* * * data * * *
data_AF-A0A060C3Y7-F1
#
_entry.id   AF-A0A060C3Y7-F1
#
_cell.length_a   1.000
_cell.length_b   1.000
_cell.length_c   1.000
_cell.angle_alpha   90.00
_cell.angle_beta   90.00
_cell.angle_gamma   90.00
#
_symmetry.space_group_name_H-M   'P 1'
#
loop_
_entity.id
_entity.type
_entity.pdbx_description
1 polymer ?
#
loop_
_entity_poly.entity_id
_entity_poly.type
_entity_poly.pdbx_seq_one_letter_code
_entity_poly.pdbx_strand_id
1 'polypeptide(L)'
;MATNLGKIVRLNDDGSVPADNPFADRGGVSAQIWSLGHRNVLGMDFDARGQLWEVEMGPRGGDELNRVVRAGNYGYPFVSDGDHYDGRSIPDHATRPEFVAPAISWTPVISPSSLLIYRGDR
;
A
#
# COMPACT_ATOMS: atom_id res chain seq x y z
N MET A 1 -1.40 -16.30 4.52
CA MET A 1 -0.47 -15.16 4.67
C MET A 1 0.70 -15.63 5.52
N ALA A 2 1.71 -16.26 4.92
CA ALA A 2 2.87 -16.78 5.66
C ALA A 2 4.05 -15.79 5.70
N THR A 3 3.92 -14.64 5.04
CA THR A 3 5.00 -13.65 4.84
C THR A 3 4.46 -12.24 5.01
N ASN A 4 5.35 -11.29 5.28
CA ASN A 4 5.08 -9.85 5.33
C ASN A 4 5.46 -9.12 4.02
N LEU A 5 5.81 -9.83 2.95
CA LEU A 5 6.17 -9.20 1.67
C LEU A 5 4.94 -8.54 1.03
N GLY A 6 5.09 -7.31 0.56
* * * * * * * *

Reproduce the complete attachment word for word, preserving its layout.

data_AF-A0A060C3Y7-F1
#
_entry.id   AF-A0A060C3Y7-F1
#
_cell.length_a   1.000
_cell.length_b   1.000
_cell.length_c   1.000
_cell.angle_alpha   90.00
_cell.angle_beta   90.00
_cell.angle_gamma   90.00
#
_symmetry.space_group_name_H-M   'P 1'
#
loop_
_entity.id
_entity.type
_entity.pdbx_description
1 polymer ?
#
loop_
_entity_poly.entity_id
_entity_poly.type
_entity_poly.pdbx_seq_one_letter_code
_entity_poly.pdbx_strand_id
1 'polypeptide(L)'
;MATNLGKIVRLNDDGSVPADNPFADRGGVSAQIWSLGHRNVLGMDFDARGQLWEVEMGPRGGDELNRVVRAGNYGYPFVSDGDHYDGRSIPDHATRPEFVAPAISWTPVISPSSLLIYRGDR
;
A
#
# COMPACT_ATOMS: atom_id res chain seq x y z
N MET A 1 -1.40 -16.30 4.52
CA MET A 1 -0.47 -15.16 4.67
C MET A 1 0.70 -15.63 5.52
N ALA A 2 1.71 -16.26 4.92
CA ALA A 2 2.87 -16.78 5.66
C ALA A 2 4.05 -15.79 5.70
N THR A 3 3.92 -14.64 5.04
CA THR A 3 5.00 -13.65 4.84
C THR A 3 4.46 -12.24 5.01
N ASN A 4 5.35 -11.29 5.28
CA ASN A 4 5.08 -9.85 5.33
C ASN A 4 5.46 -9.12 4.02
N LEU A 5 5.81 -9.83 2.95
CA LEU A 5 6.17 -9.20 1.67
C LEU A 5 4.94 -8.54 1.03
N GLY A 6 5.09 -7.31 0.56